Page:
Volunteer Activities in Full Swing in Noto amid Golden Week

REUTERS/Kim Kyung-Hoon
Aydin Muhammet’s employees distribute food to evacuees at an evacuation centre, in the aftermath of an earthquake, in Wajima, Ishikawa Prefecture, Japan, January 5, 2024.

Kanazawa, Ishikawa Pref. (Jiji Press)—With Japan in the midst of the Golden Week holiday period, volunteer activities are in full swing in areas hit by the Jan. 1 Noto Peninsula earthquake in Ishikawa Prefecture.

Shortly after the 7.6-magnitude quake jolted the central Japan peninsula, people from outside the areas were asked to refrain from taking part in disaster relief activities to avoid traffic congestion, with many roads heavily damaged by the temblor.

Disaster-ravaged areas have gradually become accessible again since then. Some volunteers have begun entering such areas with their own vehicles, prompting local governments to prepare for an influx of volunteers during the holiday period through Monday.

According to a volunteer center in the Ishikawa town of Anamizu, over 90 people signed up as disaster volunteers a day on average between the start of the Golden Week in late April and Wednesday, up 1.6-fold from a week before.

Tetsuya Furuta, 45, who came from Hamamatsu, Shizuoka Prefecture, helped carry out furniture from disaster-affected homes in late April. At that time, he said that it was his third day of volunteering in disaster-affected areas and that he was camping out in his vehicle.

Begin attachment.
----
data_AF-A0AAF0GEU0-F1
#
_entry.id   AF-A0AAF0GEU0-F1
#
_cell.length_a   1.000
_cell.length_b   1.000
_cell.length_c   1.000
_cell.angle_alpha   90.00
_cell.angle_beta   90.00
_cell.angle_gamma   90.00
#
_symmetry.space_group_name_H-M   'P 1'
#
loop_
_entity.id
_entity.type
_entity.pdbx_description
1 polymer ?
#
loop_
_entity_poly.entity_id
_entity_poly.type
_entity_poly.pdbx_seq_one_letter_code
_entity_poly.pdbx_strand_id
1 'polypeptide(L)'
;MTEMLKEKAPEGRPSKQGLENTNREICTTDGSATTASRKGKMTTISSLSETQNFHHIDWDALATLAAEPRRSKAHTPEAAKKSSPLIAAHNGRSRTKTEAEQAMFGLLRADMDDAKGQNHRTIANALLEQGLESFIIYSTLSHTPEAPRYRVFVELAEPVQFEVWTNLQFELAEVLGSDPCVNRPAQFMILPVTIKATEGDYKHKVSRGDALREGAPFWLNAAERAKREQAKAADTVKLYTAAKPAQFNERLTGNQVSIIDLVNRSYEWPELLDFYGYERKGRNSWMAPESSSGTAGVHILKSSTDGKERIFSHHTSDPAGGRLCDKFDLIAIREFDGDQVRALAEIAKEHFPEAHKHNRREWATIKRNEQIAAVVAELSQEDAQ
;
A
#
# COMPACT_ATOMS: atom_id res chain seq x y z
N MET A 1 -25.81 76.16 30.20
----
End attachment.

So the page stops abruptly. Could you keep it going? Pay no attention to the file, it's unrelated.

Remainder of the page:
“When I helped out in March, all volunteers had to first meet in Kanazawa (the capital of Ishikawa) and then travel by bus” to disaster-affected areas, he said.

“I’m glad because we can have more time to work if we meet up” in the disaster-hit areas, he said.

According to the Ishikawa prefectural government, a total of 66,000 disaster relief volunteers had worked as of April 16.

In late April, the Ishikawa branch of the Japanese Trade Union Confederation, or Rengo, sent volunteers to the Iida district in the Ishikawa city of Suzu, shortly after water supplies were restored.

The volunteers went around homes asking residents if there was anything they needed, considering that local residents tend to refrain from asking for help even if they actually need support.

“Demand for volunteers will rise even further once temporary housing is completed and residents start returning,” an official at the city’s social welfare council said, voicing hopes for long-term volunteering activities.